YEREVAN -- Dozens of protesters have burst into City Hall in Yerevan, demanding the resignation of the Armenian capital's mayor over the stripping of trees from a formerly lush park outside the building.
The demonstrators who stormed the building on May 16 after days of protests are also accusing Mayor Taron Markarian of corruption and the misuse of state funds.
Tree Protesters Storm Yerevan City Hall (natural sound)
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They assailed him as an alleged ally of longtime former President Serzh Sarkisian, who stepped down as prime minister on April 23 after weeks of peaceful street protests by Armenians who accused him of clinging to power.
A catalyst for the protests at City Hall was a Facebook post juxtaposing a photograph of the long, narrow park full of trees with one showing it stripped of most of the greenery.
Demonstrators demanded Markarian meet with them and explain why trees were being cut down.
A representative of the mayor told them that the park was being "modernized" and that only dry or dead trees were being cut down.
But several protesters brought branches or twigs with green leaves, which they say were cut in the park, and demanded an explanation from Markarian.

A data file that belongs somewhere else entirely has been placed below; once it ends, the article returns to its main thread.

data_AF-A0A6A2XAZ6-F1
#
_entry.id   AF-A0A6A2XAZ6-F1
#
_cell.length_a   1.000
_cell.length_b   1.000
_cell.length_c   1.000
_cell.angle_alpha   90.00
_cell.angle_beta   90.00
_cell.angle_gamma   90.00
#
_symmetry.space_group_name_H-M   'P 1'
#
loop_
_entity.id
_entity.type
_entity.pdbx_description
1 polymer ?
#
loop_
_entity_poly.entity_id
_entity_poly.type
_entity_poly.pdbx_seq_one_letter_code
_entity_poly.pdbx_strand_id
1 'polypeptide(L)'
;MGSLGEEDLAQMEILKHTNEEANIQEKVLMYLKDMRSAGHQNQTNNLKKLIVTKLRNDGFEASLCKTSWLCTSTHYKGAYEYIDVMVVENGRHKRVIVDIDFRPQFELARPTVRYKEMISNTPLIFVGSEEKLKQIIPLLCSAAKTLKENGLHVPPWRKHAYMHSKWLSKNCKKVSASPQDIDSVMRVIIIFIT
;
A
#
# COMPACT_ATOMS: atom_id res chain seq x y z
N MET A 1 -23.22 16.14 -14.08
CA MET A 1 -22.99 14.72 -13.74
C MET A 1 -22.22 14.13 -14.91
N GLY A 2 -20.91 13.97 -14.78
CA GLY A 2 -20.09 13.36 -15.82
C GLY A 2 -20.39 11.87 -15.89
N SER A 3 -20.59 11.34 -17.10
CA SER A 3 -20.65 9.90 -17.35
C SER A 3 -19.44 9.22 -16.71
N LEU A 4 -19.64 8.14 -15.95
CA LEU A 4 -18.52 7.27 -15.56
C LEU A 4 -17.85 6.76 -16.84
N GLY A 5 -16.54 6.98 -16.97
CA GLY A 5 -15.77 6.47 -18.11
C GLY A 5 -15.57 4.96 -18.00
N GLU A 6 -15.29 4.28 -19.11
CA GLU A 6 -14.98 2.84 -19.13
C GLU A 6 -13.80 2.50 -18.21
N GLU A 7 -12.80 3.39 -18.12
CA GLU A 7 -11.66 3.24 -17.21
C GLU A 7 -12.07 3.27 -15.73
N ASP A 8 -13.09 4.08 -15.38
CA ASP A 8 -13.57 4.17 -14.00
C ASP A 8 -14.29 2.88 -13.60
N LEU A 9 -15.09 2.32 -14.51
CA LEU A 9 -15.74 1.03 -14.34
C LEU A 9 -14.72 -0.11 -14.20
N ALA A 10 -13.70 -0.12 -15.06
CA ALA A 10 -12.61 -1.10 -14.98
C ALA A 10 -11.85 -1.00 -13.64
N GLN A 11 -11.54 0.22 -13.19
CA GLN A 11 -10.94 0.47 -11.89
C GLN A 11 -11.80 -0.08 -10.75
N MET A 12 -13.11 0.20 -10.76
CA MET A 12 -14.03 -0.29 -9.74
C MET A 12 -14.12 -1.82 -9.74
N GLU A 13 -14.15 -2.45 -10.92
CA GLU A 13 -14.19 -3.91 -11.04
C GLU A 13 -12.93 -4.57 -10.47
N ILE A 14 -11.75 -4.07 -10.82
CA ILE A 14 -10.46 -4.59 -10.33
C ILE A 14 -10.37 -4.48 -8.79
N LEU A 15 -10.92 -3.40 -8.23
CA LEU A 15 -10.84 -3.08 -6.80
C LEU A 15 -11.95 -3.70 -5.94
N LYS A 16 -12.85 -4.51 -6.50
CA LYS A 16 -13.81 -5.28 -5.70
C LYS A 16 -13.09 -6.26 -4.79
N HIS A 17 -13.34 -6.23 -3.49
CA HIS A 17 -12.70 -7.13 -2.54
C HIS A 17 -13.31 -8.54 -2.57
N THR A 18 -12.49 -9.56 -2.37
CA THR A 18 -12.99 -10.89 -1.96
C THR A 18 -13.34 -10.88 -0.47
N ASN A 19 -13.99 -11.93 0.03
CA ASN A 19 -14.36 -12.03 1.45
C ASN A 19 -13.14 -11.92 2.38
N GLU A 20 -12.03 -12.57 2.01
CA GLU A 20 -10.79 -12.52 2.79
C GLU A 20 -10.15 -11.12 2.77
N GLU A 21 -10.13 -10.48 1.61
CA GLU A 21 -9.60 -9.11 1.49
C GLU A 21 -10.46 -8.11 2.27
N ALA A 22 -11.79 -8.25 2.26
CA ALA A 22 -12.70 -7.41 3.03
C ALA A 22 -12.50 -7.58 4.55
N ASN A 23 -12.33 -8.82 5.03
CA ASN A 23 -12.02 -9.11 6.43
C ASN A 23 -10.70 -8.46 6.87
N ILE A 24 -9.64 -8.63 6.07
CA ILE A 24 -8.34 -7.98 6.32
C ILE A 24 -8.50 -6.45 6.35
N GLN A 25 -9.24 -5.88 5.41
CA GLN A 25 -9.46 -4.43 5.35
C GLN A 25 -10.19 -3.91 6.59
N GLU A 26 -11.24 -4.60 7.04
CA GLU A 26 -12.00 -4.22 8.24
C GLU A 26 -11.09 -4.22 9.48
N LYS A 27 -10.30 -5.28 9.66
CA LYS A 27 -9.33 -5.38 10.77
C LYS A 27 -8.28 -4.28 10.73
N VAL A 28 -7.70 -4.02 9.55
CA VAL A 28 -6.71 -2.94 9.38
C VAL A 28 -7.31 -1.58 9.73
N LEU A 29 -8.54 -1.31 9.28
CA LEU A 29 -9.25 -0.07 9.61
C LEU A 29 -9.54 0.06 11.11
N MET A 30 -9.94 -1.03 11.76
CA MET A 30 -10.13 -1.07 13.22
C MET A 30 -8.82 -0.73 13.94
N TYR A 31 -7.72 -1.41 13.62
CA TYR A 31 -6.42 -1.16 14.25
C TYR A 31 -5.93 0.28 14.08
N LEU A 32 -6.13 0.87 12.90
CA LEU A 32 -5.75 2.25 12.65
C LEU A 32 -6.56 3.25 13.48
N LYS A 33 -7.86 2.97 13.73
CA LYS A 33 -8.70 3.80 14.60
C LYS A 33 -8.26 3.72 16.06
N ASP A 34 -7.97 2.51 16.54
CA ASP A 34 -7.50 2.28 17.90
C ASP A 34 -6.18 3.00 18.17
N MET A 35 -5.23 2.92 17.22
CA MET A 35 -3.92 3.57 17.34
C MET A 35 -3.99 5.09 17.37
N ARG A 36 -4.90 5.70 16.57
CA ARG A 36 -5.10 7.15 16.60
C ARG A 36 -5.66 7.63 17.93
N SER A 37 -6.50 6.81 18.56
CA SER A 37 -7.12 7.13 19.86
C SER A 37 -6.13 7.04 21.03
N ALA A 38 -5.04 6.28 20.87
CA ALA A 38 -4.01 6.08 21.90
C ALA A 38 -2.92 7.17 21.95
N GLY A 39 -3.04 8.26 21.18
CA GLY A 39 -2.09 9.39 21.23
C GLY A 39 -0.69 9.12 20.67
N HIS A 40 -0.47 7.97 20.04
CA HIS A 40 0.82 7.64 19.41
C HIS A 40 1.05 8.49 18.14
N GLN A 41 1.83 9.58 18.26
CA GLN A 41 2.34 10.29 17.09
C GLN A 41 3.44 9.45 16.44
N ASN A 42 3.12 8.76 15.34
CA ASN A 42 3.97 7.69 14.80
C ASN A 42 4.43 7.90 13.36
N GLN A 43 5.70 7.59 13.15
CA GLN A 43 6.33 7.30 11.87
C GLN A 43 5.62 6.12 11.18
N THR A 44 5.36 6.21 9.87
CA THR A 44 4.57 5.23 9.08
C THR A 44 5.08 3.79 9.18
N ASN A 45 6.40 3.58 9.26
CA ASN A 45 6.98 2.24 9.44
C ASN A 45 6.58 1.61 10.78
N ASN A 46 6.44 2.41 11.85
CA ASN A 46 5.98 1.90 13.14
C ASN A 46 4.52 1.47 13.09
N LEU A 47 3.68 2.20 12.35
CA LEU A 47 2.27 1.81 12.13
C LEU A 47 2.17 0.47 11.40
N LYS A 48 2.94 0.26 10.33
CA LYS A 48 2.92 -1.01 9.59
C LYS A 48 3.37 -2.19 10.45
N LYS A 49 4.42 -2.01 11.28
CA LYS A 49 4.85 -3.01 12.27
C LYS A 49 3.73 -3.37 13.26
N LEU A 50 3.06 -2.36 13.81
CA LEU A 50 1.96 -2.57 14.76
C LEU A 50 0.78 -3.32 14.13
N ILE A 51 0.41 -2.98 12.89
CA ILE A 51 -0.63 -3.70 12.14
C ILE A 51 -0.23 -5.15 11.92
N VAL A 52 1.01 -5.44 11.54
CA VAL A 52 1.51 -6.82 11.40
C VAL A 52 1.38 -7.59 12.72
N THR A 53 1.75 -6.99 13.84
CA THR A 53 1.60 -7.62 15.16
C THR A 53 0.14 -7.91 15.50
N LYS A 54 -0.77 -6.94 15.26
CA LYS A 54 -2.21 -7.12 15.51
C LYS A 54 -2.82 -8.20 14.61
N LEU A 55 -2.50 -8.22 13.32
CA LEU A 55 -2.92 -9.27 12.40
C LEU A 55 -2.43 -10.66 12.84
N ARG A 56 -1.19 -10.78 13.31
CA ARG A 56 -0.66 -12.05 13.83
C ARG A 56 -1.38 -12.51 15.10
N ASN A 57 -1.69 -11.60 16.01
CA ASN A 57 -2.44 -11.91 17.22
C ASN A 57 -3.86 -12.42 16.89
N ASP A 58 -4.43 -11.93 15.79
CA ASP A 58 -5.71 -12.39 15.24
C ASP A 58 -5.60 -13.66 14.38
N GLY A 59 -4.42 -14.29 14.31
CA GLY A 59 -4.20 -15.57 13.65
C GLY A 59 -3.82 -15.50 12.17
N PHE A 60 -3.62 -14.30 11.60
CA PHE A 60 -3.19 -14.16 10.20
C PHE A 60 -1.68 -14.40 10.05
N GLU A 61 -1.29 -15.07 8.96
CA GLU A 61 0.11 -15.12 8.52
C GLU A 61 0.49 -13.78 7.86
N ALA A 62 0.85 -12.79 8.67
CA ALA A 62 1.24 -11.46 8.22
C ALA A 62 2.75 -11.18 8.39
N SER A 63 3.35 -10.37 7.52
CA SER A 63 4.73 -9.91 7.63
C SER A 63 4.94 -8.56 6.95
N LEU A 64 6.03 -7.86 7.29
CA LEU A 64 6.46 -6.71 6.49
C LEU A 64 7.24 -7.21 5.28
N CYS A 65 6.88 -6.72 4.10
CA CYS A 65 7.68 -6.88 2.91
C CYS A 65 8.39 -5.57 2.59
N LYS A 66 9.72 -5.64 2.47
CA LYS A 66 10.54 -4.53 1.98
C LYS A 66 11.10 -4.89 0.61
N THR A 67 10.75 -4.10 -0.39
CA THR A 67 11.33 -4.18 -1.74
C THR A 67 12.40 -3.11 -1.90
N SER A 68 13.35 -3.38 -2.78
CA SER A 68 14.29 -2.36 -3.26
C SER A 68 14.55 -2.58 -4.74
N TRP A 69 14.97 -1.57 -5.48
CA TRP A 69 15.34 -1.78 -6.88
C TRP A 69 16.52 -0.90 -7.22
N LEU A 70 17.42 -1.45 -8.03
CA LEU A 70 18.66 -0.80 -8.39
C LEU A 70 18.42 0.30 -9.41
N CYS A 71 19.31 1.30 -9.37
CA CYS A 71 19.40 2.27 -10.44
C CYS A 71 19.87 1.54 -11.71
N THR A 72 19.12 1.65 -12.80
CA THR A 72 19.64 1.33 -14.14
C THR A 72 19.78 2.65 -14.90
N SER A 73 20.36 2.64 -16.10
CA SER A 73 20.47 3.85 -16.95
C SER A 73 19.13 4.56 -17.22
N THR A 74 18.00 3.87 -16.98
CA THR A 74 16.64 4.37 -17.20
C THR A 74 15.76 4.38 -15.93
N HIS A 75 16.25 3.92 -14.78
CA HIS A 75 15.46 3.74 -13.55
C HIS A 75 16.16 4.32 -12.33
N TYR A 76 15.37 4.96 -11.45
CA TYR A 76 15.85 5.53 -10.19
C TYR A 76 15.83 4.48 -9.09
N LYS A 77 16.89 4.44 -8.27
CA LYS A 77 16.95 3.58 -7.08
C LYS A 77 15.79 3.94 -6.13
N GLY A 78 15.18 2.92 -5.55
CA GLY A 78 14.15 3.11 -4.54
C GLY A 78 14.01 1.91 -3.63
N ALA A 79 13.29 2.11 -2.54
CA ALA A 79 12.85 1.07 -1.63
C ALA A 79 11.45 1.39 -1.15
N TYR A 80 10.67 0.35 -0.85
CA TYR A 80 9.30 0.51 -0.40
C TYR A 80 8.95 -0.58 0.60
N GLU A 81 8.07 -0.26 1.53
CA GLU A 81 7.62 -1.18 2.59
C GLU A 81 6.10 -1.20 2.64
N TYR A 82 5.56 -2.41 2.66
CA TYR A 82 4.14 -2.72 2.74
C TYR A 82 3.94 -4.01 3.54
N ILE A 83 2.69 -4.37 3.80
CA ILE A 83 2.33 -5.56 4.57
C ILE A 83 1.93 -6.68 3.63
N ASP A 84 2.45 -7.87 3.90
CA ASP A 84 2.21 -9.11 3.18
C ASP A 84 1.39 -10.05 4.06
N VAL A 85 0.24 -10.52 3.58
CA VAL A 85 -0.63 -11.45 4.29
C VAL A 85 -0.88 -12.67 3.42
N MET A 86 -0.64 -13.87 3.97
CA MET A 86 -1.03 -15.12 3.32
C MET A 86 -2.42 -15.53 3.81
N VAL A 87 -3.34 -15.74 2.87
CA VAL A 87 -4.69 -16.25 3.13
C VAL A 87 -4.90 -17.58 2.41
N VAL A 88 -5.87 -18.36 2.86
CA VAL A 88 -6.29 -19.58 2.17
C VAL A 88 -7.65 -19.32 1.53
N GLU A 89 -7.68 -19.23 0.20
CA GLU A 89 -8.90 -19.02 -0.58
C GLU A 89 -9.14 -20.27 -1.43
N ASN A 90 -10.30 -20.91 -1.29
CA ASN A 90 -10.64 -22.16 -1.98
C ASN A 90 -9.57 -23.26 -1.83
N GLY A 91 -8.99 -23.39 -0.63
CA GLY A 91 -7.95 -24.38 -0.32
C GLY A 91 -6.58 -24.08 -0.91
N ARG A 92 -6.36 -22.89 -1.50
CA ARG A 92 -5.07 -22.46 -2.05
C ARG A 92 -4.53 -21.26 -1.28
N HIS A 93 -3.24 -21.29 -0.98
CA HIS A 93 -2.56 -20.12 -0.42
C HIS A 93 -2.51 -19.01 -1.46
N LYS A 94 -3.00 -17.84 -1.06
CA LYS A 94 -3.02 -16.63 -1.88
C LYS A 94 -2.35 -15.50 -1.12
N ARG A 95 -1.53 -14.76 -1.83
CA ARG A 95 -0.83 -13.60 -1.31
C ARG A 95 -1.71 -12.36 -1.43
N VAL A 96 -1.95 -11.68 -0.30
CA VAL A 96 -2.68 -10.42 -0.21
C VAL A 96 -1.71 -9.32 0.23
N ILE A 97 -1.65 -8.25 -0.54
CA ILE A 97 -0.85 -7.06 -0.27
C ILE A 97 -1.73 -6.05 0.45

Protesters were still inside the building hours after they burst in, many chanting in an area near the entrance, and there was a crowd outside.
First Deputy Mayor Kamo Areian told protesters that the mayor was eager to meet with them in "a calm atmosphere" to discuss the situation in the park.
Areian indicated that Marakarian had no plans to step down, saying that the "issue of the mayor's resignation is not on the agenda."
The development came eight days after Nikol Pashinian, who led the street protests that unexpectedly brought down Sarkisian after 10 years in power, was voted in as prime minister of the South Caucasus country on May 8.
Opponents of Sarkisian, who had been president for 10 years and moved to the newly powerful post of prime minister in mid-April, see him as part of a long-entrenched ruling elite that is unresponsive to the interests of many Armenians.